Transferring fat from your stomach to your butt might sound amazing—but is it, really?
Sucking fat from your hips and thighs and injecting it into your boobs or butt may seem like a dream come true—and for some, it is. The process, called fat transfer or fat grafting, involves removing fat from one part of the body via a gentle liposuction, and then injecting it elsewhere.
It works well all over the body, but is most commonly used on the face to enhance cheeks, fill hollow lower eyelids, and build up areas that have lost volume due to aging, explains New Jersey plastic surgeon Parham Ganchi, M.D.
It’s also commonly used to plump up butts and to increase breast size and improve breast shape.
Because you’re injecting your body with something produced by your body, some people consider it “natural” plastic surgery, and it’s increasing in popularity.
Breast augmentation using fat transfer increased 72 percent in 2016 while buttock augmentation using fat transfer increased by 26 percent, according to the American Society of Plastic Surgeons.
Fat transfer looks and feels more natural than breast and butt implants, but the reality is there are clear advantages and disadvantages to both approaches, says Chicago plastic surgeon, Julius Few, M.D. Here are five key things you need to know before taking the plunge yourself:
Less surgery does not mean less expensive.
Traditional plastic surgery with implants requires an incision, dissecting a “pocket,” and placing the implant into that pocket before stitching to finish. In fat transfer, there is only a small incision and almost no cutting, says Ganchi.
Injecting into smaller areas of the face, like the cheeks, lower eyelid hollows, and lips, will cost less since you’ll only need a partial liposuction.
This kind of procedure can cost from $2,000 to $8,000, depending on what you're having done, according to estimates from online cosmetic surgery community RealSelf.com. By comparison, an eyelid lift comes at an average national price of $4,525, per RealSelf.com.
Larger areas of the body like the breasts and butt end up being two separate procedures—a full liposuction and a full fat injection—and as such, will typically end up costing more.
According to RealSelf.com, the national average cost of a breast fat transfer is $6,525, while the national average cost of a buttock fat transfer is $8,625.
The average cost of a traditional implant breast augmentation is $6,300, according to RealSelf.com.
It’s usually not a realistic boob job option.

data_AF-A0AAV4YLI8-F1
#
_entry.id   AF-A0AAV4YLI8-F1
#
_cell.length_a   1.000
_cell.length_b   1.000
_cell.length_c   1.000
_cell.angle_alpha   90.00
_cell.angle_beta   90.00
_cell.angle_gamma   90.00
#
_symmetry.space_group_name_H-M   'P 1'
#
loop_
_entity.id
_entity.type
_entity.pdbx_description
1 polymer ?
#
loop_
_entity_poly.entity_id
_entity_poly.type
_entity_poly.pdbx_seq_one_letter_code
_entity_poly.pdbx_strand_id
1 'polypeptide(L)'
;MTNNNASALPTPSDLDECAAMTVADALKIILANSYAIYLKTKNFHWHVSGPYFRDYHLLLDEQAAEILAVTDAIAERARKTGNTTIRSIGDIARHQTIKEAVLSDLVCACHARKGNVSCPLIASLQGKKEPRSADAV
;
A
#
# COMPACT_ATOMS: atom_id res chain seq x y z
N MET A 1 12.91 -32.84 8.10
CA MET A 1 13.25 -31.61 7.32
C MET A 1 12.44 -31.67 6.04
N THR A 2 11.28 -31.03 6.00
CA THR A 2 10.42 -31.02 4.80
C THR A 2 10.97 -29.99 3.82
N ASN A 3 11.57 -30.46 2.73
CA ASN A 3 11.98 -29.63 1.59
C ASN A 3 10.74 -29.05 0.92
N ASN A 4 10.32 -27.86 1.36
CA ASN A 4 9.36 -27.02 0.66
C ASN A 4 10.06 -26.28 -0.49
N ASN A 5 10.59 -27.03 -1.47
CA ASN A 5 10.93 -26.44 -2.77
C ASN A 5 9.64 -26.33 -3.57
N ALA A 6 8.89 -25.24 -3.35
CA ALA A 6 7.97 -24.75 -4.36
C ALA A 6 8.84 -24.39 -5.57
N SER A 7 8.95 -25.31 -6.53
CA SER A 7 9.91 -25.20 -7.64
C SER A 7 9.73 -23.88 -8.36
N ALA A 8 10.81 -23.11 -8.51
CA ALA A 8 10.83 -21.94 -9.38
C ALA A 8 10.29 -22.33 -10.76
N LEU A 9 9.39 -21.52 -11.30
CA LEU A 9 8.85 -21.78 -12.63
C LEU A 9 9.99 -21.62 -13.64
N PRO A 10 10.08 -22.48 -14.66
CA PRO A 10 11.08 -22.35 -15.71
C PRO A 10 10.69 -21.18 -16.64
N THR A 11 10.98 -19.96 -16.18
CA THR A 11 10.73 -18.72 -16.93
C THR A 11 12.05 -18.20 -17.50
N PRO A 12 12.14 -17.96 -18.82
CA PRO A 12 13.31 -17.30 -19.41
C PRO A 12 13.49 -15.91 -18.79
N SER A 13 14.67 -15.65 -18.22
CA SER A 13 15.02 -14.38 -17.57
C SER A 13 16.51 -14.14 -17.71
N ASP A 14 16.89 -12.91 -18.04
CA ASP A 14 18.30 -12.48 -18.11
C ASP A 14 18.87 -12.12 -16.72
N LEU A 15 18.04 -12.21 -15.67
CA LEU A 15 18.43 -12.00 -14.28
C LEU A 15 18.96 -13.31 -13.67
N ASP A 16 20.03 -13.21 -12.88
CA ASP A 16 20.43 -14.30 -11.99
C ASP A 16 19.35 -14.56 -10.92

The ideal candidate is in search of relatively small enhancement to her breasts, has natural lift with good bust contour, and has excess body fat to remove, says Few.
In reality, most women are seeking much more of a size increase and change in shape and lift than fat transfer can currently offer.
And if you have a history of breast cancer in your family, it’s not recommended you get fat transfer, as the injected cells can get in the way of certain breast cancer screenings, says Few.
There are limits to how much fat you can inject.
Anyone who wants more than a very modest size change will require multiple injection sessions to work up the results – and even then, there is only so much healthy tissue that can be harvested and injected, says Ganchi. (Bony areas typically won’t work as donor sites.)
The patient must also have a healthy blood supply to support the healing of living tissue afterwards.
You can end up uneven at first—and post-op treatment is a hassle.
A portion of fat will naturally absorb and effectively “disappear” as you heal. In order to prevent fat from reabsorbing, there shouldn’t be too much movement of the injected area right after surgery. Areas that shift a lot, like the lips, typically don’t hold on to fat very well.
Pressure is also bad—fat that is injected into the butt can easily dissipate if patients sit on their bottoms a lot during the first couple weeks of recovery, says Ganchi. Ganchi tell his patients they either have to lay on their stomach or stand for the first four weeks after surgery (yes, really!).
And since fat can absorb unevenly, some patients need more than one injection session to even things out—adding up to even more money spent.
Fat isn’t like a quickie filler injection.
So-called “lunchtime” filler procedures like Juvedermthat plump up the lips and cheeks require no downtime or special care afterwards.
Fat transfer, on the other hand, is a cosmetic surgery procedure that comes with recovery time you’ll need to plan for, and care instructions that are crucial to achieving the desired results.